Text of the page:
To see what a translation is, please grab the point and move it around.
Nice! You translated the point. In geometry, a translation moves a thing up and down or left and right.
Here, try translating this line:
Notice how the line's disposition remained the same as you moved it. Translations only move things from one place to another; they don't change their arrangement or direction.
Now that we've got a basic understanding of what translations are, let's learn how to use them on the coordinate plane.
Translations on the coordinate plane
Coordinates allow us to be very precise about the translations we perform.
Without coordinates, we could say something like, "We get B′start color maroonD, B, prime, end color maroonD by translating Bstart color blueD, B, end color blueD down and to the right."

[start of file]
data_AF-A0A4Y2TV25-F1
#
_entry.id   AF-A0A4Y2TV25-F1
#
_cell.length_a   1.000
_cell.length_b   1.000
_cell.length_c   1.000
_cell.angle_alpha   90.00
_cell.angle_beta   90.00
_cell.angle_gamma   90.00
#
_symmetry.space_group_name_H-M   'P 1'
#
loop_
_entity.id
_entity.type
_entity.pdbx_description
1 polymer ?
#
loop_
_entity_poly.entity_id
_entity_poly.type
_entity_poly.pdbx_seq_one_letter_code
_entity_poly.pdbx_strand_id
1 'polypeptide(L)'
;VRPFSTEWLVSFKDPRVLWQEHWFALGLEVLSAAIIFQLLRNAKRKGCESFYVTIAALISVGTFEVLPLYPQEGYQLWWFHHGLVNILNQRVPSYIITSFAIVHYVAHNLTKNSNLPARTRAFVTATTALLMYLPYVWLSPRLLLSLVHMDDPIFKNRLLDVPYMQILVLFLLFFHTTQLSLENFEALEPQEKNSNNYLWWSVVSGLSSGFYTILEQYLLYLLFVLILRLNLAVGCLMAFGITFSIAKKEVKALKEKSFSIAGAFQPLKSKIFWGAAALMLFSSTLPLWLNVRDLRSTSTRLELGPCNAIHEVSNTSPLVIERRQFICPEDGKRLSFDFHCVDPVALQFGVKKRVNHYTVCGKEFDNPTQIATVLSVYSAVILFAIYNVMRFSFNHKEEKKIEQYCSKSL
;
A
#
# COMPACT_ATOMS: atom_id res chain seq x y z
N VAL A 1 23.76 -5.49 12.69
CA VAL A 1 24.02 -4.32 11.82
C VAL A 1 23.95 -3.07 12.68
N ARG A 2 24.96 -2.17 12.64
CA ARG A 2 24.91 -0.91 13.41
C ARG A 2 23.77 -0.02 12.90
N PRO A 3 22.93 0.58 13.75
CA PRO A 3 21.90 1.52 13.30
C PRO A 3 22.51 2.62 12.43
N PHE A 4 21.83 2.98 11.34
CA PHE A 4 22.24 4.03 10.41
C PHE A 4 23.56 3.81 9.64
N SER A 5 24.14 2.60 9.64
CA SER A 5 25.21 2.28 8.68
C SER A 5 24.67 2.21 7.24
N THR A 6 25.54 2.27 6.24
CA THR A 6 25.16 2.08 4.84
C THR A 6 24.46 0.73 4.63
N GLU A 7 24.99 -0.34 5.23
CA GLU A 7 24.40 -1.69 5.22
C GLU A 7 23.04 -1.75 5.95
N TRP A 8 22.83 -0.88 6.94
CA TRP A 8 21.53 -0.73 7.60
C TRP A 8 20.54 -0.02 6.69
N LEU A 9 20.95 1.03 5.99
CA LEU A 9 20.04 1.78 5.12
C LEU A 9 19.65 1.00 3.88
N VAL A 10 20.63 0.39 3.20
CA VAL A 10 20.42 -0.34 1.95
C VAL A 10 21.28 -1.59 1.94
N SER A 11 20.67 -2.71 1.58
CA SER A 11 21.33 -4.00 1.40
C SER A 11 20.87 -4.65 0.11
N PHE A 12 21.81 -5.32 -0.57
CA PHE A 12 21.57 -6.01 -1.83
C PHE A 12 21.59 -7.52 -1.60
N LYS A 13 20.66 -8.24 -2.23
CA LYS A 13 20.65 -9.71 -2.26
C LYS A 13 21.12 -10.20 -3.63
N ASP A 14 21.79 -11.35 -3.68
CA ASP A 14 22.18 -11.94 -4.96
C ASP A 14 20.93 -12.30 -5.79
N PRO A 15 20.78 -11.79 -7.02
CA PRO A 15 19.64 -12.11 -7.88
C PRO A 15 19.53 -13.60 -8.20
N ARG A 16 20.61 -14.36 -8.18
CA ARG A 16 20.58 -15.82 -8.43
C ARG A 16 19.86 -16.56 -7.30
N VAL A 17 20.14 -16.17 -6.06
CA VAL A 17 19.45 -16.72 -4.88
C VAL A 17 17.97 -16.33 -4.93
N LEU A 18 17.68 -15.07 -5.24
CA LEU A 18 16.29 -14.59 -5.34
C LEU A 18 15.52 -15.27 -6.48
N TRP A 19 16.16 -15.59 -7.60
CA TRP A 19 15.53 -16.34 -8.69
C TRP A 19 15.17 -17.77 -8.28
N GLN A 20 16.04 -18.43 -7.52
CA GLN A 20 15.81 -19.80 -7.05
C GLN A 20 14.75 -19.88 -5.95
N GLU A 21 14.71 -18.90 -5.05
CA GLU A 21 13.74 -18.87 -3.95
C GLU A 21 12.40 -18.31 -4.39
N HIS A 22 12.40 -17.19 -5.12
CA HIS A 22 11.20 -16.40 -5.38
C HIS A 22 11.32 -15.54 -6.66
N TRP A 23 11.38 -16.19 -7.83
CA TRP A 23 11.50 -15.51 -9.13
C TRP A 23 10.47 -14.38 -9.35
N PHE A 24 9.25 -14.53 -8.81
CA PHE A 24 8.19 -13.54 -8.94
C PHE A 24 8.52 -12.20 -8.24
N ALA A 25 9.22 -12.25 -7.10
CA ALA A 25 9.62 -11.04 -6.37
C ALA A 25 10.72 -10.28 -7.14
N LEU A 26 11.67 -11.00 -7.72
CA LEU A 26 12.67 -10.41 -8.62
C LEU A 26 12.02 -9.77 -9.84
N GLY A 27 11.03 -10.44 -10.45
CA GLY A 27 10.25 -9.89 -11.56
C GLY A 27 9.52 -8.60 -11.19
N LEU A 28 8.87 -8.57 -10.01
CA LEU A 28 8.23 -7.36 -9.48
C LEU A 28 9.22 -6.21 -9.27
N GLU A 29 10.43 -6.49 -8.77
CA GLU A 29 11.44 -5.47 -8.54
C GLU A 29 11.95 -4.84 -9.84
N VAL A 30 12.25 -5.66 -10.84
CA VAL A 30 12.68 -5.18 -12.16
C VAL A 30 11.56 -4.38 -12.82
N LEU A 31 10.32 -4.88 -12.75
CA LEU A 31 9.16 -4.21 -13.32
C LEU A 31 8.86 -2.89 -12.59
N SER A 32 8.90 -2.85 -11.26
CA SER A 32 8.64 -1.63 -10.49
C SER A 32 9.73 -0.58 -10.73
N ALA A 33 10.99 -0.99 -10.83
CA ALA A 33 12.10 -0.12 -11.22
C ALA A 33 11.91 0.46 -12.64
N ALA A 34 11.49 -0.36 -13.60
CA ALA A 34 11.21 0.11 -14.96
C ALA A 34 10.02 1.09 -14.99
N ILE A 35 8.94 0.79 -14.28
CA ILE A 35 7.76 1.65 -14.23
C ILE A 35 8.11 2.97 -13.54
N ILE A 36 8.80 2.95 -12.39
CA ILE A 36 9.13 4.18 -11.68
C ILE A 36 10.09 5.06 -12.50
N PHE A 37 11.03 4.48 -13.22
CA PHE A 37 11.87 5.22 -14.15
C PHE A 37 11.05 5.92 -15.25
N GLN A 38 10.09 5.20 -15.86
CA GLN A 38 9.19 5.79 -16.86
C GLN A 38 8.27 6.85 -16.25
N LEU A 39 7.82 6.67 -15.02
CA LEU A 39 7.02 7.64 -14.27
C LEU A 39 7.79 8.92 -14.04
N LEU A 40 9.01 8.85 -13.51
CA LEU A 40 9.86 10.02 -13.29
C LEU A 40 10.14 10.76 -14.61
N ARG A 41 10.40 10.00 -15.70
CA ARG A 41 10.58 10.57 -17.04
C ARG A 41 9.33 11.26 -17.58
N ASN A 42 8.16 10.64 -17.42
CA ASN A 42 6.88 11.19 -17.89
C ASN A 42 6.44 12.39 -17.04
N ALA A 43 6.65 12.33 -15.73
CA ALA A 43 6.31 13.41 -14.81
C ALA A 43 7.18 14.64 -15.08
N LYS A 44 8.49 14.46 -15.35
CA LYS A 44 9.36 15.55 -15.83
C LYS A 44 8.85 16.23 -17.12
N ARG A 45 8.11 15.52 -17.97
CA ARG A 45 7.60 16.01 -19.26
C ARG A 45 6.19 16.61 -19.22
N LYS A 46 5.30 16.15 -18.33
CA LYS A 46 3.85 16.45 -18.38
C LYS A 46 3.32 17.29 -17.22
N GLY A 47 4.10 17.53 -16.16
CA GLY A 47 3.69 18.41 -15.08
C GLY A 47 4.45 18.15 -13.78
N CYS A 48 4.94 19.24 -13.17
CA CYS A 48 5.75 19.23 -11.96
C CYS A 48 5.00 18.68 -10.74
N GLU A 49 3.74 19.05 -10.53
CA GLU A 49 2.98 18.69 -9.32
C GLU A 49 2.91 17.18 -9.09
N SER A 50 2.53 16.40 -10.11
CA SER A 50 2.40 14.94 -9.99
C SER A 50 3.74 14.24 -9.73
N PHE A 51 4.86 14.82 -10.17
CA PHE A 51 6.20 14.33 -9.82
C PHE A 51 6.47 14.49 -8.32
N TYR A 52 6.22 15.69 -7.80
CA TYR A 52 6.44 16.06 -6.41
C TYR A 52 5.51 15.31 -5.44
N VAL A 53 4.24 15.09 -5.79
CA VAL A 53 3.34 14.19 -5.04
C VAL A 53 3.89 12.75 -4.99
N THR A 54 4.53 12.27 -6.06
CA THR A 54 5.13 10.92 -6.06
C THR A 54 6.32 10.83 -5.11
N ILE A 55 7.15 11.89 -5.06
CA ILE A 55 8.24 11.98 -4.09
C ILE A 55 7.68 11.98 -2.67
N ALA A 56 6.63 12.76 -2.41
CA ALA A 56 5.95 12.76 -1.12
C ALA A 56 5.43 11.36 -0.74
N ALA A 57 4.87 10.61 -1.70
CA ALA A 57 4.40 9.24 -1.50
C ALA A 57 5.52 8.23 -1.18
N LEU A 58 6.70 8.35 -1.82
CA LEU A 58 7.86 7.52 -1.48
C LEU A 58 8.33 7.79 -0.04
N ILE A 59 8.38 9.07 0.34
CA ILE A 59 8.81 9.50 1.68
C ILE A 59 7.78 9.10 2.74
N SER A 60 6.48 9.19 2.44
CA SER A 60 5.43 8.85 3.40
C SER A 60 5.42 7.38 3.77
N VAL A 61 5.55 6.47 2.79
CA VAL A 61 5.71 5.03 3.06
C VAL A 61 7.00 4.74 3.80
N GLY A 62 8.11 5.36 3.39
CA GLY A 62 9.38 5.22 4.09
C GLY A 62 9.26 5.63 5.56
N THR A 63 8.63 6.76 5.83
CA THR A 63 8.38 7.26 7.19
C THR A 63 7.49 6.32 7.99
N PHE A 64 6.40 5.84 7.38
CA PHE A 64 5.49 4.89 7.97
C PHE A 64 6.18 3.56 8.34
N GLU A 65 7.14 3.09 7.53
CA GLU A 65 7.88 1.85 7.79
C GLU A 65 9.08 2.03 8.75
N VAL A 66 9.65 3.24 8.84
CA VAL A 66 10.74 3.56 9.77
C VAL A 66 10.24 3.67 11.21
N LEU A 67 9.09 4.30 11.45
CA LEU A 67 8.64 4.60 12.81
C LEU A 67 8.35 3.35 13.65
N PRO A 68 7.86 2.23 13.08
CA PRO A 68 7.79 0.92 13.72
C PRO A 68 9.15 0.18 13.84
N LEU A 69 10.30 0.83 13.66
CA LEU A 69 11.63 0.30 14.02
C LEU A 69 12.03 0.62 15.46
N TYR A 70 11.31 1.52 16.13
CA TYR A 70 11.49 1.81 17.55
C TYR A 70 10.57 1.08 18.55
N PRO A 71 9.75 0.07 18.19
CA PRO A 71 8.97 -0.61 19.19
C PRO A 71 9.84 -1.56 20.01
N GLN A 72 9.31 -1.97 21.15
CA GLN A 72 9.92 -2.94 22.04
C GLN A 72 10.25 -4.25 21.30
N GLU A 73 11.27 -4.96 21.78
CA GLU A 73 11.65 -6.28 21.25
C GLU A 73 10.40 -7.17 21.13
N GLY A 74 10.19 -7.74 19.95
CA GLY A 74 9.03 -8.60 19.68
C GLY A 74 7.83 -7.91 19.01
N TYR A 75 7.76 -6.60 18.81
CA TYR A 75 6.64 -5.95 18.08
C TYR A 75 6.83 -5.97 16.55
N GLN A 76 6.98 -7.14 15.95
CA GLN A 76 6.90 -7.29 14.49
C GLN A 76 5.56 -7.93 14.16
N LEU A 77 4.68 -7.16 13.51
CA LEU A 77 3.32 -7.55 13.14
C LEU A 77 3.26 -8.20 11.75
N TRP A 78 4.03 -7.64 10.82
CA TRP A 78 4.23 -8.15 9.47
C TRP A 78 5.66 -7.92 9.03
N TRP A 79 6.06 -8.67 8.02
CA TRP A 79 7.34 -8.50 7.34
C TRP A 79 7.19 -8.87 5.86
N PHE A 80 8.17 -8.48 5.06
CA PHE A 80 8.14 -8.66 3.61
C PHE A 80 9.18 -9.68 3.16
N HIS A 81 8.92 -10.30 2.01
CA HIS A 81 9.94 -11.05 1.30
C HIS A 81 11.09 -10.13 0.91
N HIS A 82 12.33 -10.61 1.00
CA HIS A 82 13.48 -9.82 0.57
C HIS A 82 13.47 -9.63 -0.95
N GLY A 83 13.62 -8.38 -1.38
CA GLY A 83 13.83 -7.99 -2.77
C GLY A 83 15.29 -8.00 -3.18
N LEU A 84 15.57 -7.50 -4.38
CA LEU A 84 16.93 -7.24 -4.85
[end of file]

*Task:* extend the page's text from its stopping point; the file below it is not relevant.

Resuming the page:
But that's not very precise. If we use a coordinate grid, we can say something more exact: "We get B′start color maroonD, B, prime, end color maroonD by translating Bstart color blueD, B, end color blueD by 5 units to the right and 4 units down."
More compactly, we can describe this as a translation by ⟨5,−4⟩open angle, 5, comma, minus, 4, close angle.
The negative sign in front of the 4 tells us the vertical shift is downwards instead of upwards. Similarly, a translation to the left is indicated by the first value being negative.
Sources and images
For any transformation, we have the source figure, which is the figure we are performing the transformation upon, and the image figure, which is the result of the transformation. For example, in our translation, the source point was Bstart color blueD, B, end color blueD and the image point was B′start color maroonD, B, prime, end color maroonD.
Note that we indicated the image by B′start color maroonD, B, prime, end color maroonD, pronounced B prime. It is common, when working with transformations, to use the same letter for the image and the source, simply adding the "prime" suffix to the image.